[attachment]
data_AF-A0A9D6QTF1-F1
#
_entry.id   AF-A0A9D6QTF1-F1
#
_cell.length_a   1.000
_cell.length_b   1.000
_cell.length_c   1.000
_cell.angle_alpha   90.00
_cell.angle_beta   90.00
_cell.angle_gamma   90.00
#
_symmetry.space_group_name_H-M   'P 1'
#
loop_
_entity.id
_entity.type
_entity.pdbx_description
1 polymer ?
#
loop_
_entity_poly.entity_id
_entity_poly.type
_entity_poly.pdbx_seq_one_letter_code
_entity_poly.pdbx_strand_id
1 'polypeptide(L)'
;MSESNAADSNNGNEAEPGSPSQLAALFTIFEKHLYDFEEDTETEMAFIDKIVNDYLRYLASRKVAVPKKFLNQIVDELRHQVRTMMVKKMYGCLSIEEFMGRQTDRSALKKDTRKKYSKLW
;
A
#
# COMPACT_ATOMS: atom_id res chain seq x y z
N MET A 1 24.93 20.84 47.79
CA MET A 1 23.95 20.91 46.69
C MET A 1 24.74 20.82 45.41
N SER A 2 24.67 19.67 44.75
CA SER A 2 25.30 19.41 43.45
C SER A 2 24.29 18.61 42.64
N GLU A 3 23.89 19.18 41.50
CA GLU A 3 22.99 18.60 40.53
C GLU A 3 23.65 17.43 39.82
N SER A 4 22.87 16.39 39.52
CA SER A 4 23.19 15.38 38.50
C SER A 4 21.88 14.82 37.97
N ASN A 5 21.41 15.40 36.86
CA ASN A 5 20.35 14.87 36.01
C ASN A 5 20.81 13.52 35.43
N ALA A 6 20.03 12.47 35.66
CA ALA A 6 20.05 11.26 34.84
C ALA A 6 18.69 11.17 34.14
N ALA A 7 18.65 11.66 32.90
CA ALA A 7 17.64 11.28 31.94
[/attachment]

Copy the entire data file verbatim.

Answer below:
data_AF-A0A9D6QTF1-F1
#
_entry.id   AF-A0A9D6QTF1-F1
#
_cell.length_a   1.000
_cell.length_b   1.000
_cell.length_c   1.000
_cell.angle_alpha   90.00
_cell.angle_beta   90.00
_cell.angle_gamma   90.00
#
_symmetry.space_group_name_H-M   'P 1'
#
loop_
_entity.id
_entity.type
_entity.pdbx_description
1 polymer ?
#
loop_
_entity_poly.entity_id
_entity_poly.type
_entity_poly.pdbx_seq_one_letter_code
_entity_poly.pdbx_strand_id
1 'polypeptide(L)'
;MSESNAADSNNGNEAEPGSPSQLAALFTIFEKHLYDFEEDTETEMAFIDKIVNDYLRYLASRKVAVPKKFLNQIVDELRHQVRTMMVKKMYGCLSIEEFMGRQTDRSALKKDTRKKYSKLW
;
A
#
# COMPACT_ATOMS: atom_id res chain seq x y z
N MET A 1 24.93 20.84 47.79
CA MET A 1 23.95 20.91 46.69
C MET A 1 24.74 20.82 45.41
N SER A 2 24.67 19.67 44.75
CA SER A 2 25.30 19.41 43.45
C SER A 2 24.29 18.61 42.64
N GLU A 3 23.89 19.18 41.50
CA GLU A 3 22.99 18.60 40.53
C GLU A 3 23.65 17.43 39.82
N SER A 4 22.87 16.39 39.52
CA SER A 4 23.19 15.38 38.50
C SER A 4 21.88 14.82 37.97
N ASN A 5 21.41 15.40 36.86
CA ASN A 5 20.35 14.87 36.01
C ASN A 5 20.81 13.52 35.43
N ALA A 6 20.03 12.47 35.66
CA ALA A 6 20.05 11.26 34.84
C ALA A 6 18.69 11.17 34.14
N ALA A 7 18.65 11.66 32.90
CA ALA A 7 17.64 11.28 31.94